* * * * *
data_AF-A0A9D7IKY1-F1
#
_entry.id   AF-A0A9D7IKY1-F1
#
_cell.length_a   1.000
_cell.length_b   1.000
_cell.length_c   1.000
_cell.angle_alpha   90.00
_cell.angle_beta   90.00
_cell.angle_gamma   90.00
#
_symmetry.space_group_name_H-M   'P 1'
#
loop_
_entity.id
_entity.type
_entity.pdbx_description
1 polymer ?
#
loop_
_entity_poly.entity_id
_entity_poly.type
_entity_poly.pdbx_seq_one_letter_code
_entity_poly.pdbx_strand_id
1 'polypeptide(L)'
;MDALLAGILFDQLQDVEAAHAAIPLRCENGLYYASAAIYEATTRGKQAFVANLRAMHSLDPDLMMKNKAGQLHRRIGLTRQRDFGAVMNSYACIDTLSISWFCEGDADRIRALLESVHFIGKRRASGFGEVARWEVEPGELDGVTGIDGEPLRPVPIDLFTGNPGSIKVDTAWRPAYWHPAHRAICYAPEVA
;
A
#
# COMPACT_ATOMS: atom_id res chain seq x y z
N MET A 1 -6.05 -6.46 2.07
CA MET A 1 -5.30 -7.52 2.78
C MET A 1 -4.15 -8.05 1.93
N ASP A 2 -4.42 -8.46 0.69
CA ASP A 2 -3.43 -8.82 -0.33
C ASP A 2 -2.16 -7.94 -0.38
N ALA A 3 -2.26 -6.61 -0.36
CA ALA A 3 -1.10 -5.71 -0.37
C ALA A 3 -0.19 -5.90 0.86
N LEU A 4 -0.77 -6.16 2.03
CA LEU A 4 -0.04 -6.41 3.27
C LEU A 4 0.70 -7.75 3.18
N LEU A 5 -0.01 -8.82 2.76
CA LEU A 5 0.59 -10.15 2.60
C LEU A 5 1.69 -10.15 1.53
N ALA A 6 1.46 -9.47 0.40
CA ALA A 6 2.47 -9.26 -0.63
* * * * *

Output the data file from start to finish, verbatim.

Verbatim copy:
data_AF-A0A9D7IKY1-F1
#
_entry.id   AF-A0A9D7IKY1-F1
#
_cell.length_a   1.000
_cell.length_b   1.000
_cell.length_c   1.000
_cell.angle_alpha   90.00
_cell.angle_beta   90.00
_cell.angle_gamma   90.00
#
_symmetry.space_group_name_H-M   'P 1'
#
loop_
_entity.id
_entity.type
_entity.pdbx_description
1 polymer ?
#
loop_
_entity_poly.entity_id
_entity_poly.type
_entity_poly.pdbx_seq_one_letter_code
_entity_poly.pdbx_strand_id
1 'polypeptide(L)'
;MDALLAGILFDQLQDVEAAHAAIPLRCENGLYYASAAIYEATTRGKQAFVANLRAMHSLDPDLMMKNKAGQLHRRIGLTRQRDFGAVMNSYACIDTLSISWFCEGDADRIRALLESVHFIGKRRASGFGEVARWEVEPGELDGVTGIDGEPLRPVPIDLFTGNPGSIKVDTAWRPAYWHPAHRAICYAPEVA
;
A
#
# COMPACT_ATOMS: atom_id res chain seq x y z
N MET A 1 -6.05 -6.46 2.07
CA MET A 1 -5.30 -7.52 2.78
C MET A 1 -4.15 -8.05 1.93
N ASP A 2 -4.42 -8.46 0.69
CA ASP A 2 -3.43 -8.82 -0.33
C ASP A 2 -2.16 -7.94 -0.38
N ALA A 3 -2.26 -6.61 -0.36
CA ALA A 3 -1.10 -5.71 -0.37
C ALA A 3 -0.19 -5.90 0.86
N LEU A 4 -0.77 -6.16 2.03
CA LEU A 4 -0.04 -6.41 3.27
C LEU A 4 0.70 -7.75 3.18
N LEU A 5 -0.01 -8.82 2.76
CA LEU A 5 0.59 -10.15 2.60
C LEU A 5 1.69 -10.15 1.53
N ALA A 6 1.46 -9.47 0.40
CA ALA A 6 2.47 -9.26 -0.63